|de Rugy, Veronique|
The pros and cons of a welfare idea championed by liberals and libertarians alike
Surprisingly to some, they were joined by many libertarians. The list of intellectuals who have made cases for a guaranteed minimum income over the years includes such laissezfaire luminaries as
Friedman favored a negative income tax (nit), in which taxpayers who earn less than the established minimum taxable income level would receive a subsidy equal to some fraction of that difference. (A watered-down version of this became the Earned Income Tax Credit.) Hayek defended a minimum income floor, in which the government provides a conditional income to each adult. Murray's 2006 book In Our Hands argued for an unconditional
Their proposals aim to fully replace the current welfare state with a less-bad alternative. In a world where government already redistributes income, with all of the inefficiency that comes with overlapping bureaucracies, the idea of direct cash payments has an intuitive appeal because of its comparative simplicity and fairness.
Any alternative might seem preferable to the welfare system we currently have. Federal welfare in the U.S. today consists of a highly complex maze of 126 separate anti-poverty programs, many of which are redundant. (There are, for instance, seven different housing programs.) While the system benefits the many government employees who manage these duplicative programs, it is neither easy for poor Americans to navigate nor is it an effective way to deliver anti-poverty services.
Welfare programs are demeaning by design, because they dictate to poor people what they must spend on food, housing, or health care, rather than letting them make those trade-offs themselves. The government even dictates what food poor people may or may not buy with food stamps. The libertarian interest in a guaranteed income scheme proceeds not simply-or even mostly-from the desire to make government smaller and more cost-efficient. It stems from a belief that all individuals have the capacity to promote their own interests, and in fact are better able to make decisions about their lives than anyone else.
However, the abstract idea loses some of its appeal when one starts looking at its realistic cost. The details vary from one version to another, but even in the best of possible worlds, none are likely to save much money, if any. Consider a plan to provide a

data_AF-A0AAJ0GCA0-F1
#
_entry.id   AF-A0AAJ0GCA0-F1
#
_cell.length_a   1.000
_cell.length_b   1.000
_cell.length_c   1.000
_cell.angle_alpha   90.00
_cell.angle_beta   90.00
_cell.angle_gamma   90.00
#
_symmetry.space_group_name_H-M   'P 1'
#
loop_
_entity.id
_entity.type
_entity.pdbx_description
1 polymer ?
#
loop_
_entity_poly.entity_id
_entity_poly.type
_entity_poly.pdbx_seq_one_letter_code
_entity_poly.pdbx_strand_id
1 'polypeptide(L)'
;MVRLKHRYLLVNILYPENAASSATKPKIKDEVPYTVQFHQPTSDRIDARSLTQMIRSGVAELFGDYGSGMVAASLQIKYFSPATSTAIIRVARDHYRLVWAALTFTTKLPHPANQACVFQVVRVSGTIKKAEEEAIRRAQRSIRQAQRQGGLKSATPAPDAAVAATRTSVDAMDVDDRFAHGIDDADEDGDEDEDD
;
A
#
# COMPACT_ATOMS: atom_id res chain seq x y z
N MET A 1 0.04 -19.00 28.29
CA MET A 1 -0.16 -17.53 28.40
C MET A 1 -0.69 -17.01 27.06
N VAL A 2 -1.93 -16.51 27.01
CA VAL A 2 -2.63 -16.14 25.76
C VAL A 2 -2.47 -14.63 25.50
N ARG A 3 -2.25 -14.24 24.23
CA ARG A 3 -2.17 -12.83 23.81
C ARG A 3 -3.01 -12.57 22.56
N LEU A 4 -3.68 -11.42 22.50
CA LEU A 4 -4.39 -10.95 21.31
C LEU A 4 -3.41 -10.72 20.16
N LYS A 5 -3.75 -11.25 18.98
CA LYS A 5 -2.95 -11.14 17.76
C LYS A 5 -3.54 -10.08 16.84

Another possibility would be to limit transfers to the estimated 106 million individuals who currently qualify for welfare programs by earning less than 200 percent of the federal poverty level (i.e.,
Even if we assume that all other anti-poverty programs will disappear (which is assuming a lot), it's conceivable that taxpayers would not save money compared to the status quo. Don't forget, they would still be on the hook for the military, for corporate welfare, and-if middle-class entitlements stay in place-for part of
A cash transfer program to adults at the poverty line level (
The appeal of a guaranteed income also diminishes when judged against its ability to move people away from government dependency. There is some evidence that a guaranteed minimum scheme would undermine incentives to seek employment. Four landmark experiments in the 1960s and '70s examined the Negative Income Tax's impact on labor supply. The recipients of NIT grants tended to work fewer hours compared to control groups that did not receive the grants.
Making the NIT more progressive in order to placate these disincentives to work, as
But my main objection to a guaranteed minimum income is rooted in the wisdom of public choice: The poor structure of government incentives ensures that good intentions and elegant theories rarely equal expected results in public policy. The biggest risk in implementing a guaranteed income is that it won't completely-or even partly-replace existing welfare programs, but instead simply add a new layer of spending on top of the old. Friedman learned this the hard way: After years of promoting the NIT, he wound up opposing
So what are libertarians to support? If nothing else, more research: We could use a new series of voluntary, dispersed trials aimed at finding ways to avoid work disincentives while delivering payouts more efficiently and tying the hands of special interests and politicians.
But more importantly, as economists
Contributing Editor Véronique
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